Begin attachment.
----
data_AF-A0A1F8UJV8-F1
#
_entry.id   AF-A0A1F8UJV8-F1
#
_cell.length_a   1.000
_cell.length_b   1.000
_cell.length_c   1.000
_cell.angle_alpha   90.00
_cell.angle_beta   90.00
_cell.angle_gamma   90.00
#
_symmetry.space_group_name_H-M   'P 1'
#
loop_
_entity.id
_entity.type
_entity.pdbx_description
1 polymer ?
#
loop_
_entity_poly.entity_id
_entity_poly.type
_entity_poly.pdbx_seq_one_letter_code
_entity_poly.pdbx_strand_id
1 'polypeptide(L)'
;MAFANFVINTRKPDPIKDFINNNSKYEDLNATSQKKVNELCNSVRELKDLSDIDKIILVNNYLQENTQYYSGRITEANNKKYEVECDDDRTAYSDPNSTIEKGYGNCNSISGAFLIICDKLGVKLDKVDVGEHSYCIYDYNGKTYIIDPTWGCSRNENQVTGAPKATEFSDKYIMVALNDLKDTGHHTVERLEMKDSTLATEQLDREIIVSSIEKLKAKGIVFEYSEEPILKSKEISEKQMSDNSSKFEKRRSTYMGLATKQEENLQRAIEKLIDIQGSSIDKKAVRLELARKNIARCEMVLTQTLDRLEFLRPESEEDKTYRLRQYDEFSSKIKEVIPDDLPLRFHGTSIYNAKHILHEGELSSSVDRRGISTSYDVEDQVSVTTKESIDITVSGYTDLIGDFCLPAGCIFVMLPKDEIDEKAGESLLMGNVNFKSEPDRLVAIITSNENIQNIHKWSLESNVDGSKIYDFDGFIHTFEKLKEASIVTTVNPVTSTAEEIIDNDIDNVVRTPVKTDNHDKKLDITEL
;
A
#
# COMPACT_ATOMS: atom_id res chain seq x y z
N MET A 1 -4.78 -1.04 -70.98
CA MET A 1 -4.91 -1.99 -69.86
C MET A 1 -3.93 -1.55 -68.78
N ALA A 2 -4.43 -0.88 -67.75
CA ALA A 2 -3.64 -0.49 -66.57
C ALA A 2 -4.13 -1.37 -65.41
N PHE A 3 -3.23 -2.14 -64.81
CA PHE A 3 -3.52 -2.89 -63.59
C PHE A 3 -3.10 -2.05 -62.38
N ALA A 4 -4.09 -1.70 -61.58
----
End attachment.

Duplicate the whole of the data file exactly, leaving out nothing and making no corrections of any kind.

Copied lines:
data_AF-A0A1F8UJV8-F1
#
_entry.id   AF-A0A1F8UJV8-F1
#
_cell.length_a   1.000
_cell.length_b   1.000
_cell.length_c   1.000
_cell.angle_alpha   90.00
_cell.angle_beta   90.00
_cell.angle_gamma   90.00
#
_symmetry.space_group_name_H-M   'P 1'
#
loop_
_entity.id
_entity.type
_entity.pdbx_description
1 polymer ?
#
loop_
_entity_poly.entity_id
_entity_poly.type
_entity_poly.pdbx_seq_one_letter_code
_entity_poly.pdbx_strand_id
1 'polypeptide(L)'
;MAFANFVINTRKPDPIKDFINNNSKYEDLNATSQKKVNELCNSVRELKDLSDIDKIILVNNYLQENTQYYSGRITEANNKKYEVECDDDRTAYSDPNSTIEKGYGNCNSISGAFLIICDKLGVKLDKVDVGEHSYCIYDYNGKTYIIDPTWGCSRNENQVTGAPKATEFSDKYIMVALNDLKDTGHHTVERLEMKDSTLATEQLDREIIVSSIEKLKAKGIVFEYSEEPILKSKEISEKQMSDNSSKFEKRRSTYMGLATKQEENLQRAIEKLIDIQGSSIDKKAVRLELARKNIARCEMVLTQTLDRLEFLRPESEEDKTYRLRQYDEFSSKIKEVIPDDLPLRFHGTSIYNAKHILHEGELSSSVDRRGISTSYDVEDQVSVTTKESIDITVSGYTDLIGDFCLPAGCIFVMLPKDEIDEKAGESLLMGNVNFKSEPDRLVAIITSNENIQNIHKWSLESNVDGSKIYDFDGFIHTFEKLKEASIVTTVNPVTSTAEEIIDNDIDNVVRTPVKTDNHDKKLDITEL
;
A
#
# COMPACT_ATOMS: atom_id res chain seq x y z
N MET A 1 -4.78 -1.04 -70.98
CA MET A 1 -4.91 -1.99 -69.86
C MET A 1 -3.93 -1.55 -68.78
N ALA A 2 -4.43 -0.88 -67.75
CA ALA A 2 -3.64 -0.49 -66.57
C ALA A 2 -4.13 -1.37 -65.41
N PHE A 3 -3.23 -2.14 -64.81
CA PHE A 3 -3.52 -2.89 -63.59
C PHE A 3 -3.10 -2.05 -62.38
N ALA A 4 -4.09 -1.70 -61.58